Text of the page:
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Rollings & Adams
On Game Design

E-mail: ewadams@designersnotebook.com

Phone: +44-7780-660753

Facebook: Ernest W. Adams

Twitter: @ErnestWAdams

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This book has been superseded by later works. Read about the newest edition here.

 

A very useful book for anyone working in (or hoping to work in) interactive media. Andrew Rollings and Ernest Adams approach the topic with very practical advice for both new and experienced designers.

    Will Wright, creator of The Sims and Sim City

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I had always planned to write a book on game design someday, a magnum opus that would contain everything I've learned about design during my years in the industry. Now I've finally done it, working with Andrew Rollings, after a two-year odyssey that included a title change (it used to be called Patterns in Game Design), some very late nights, and our original publisher going bankrupt. It's a monster: 650 pages of advice and analysis, filled with examples.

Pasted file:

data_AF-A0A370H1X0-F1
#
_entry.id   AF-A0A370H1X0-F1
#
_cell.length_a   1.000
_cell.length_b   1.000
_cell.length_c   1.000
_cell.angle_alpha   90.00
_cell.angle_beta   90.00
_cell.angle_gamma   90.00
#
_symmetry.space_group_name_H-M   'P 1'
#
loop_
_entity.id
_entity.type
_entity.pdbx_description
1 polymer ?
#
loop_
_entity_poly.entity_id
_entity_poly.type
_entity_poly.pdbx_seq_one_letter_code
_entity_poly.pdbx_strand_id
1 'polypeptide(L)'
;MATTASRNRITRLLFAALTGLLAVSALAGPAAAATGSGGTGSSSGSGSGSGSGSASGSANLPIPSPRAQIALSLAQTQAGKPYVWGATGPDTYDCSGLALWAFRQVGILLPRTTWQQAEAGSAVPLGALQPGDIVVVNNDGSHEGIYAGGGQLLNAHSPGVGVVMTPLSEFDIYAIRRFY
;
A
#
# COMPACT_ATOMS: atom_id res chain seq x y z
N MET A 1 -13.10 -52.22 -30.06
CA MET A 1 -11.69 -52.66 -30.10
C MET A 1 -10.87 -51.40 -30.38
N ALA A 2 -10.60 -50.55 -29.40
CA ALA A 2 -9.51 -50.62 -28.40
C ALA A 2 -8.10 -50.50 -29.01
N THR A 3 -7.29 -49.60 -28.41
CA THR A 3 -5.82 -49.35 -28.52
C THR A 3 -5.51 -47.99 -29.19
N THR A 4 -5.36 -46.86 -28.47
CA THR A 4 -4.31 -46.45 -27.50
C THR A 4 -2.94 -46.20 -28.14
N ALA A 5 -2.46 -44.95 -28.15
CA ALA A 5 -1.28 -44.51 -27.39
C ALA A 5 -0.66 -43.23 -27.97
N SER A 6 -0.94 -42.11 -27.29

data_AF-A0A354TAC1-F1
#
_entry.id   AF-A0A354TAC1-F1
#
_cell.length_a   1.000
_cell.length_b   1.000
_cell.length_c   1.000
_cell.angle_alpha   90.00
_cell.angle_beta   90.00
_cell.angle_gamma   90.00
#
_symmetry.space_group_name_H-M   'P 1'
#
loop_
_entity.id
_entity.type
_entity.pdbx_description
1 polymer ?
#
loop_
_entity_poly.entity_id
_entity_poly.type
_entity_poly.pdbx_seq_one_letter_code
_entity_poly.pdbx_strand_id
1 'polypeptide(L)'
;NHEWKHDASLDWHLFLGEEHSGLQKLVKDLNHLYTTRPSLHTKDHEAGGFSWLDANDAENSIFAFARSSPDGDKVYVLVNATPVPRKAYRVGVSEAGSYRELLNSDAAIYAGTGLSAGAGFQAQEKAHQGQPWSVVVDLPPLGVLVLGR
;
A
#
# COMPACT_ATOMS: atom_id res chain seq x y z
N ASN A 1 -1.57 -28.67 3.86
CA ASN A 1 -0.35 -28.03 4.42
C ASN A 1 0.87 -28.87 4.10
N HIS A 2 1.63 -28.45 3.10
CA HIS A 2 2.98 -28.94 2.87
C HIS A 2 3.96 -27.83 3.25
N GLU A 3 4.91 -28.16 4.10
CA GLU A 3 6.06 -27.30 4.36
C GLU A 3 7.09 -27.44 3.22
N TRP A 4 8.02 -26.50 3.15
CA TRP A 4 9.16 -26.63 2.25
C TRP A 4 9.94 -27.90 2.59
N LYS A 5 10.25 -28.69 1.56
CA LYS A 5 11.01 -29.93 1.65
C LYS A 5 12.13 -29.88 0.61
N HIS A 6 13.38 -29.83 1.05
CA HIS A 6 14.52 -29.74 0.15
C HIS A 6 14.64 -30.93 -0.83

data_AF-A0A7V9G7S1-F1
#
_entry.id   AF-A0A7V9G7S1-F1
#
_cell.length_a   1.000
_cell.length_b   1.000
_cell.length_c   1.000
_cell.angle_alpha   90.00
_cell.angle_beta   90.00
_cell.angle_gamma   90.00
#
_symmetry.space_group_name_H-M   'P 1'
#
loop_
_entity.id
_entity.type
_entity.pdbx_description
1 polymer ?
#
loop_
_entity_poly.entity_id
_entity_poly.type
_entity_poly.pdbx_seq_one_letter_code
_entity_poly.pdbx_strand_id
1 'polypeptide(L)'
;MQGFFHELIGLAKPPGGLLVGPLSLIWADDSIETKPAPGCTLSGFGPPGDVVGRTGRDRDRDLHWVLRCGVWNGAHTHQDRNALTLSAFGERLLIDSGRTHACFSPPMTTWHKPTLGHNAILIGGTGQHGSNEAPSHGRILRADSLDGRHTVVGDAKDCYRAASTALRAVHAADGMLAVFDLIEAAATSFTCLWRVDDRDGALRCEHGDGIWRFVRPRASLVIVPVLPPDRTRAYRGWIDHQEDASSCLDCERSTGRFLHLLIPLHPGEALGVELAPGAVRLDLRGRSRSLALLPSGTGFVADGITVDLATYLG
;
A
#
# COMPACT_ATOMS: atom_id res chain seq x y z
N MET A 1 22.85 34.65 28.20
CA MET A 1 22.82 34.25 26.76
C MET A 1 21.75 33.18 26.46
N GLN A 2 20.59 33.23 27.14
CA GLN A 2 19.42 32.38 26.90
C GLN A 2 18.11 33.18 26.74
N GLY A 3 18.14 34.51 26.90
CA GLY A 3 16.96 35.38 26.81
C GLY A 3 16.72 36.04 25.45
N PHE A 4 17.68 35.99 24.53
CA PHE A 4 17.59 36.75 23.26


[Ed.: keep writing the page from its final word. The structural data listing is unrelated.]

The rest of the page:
Game Design is divided into two parts. The first section of the book deals with fundamental principles: concept creation, game worlds, storytelling, character development, gameplay, and core mechanics. In the second half, we examine how the key elements of game design are implemented in each of the major genres: action, strategy, role-playing, sports, vehicle simulations, construction & management simulations, and adventure games. There is also a chapter on several minor genres, and a separate chapter on online games. The last chapter is blue-sky speculation about the future of gaming.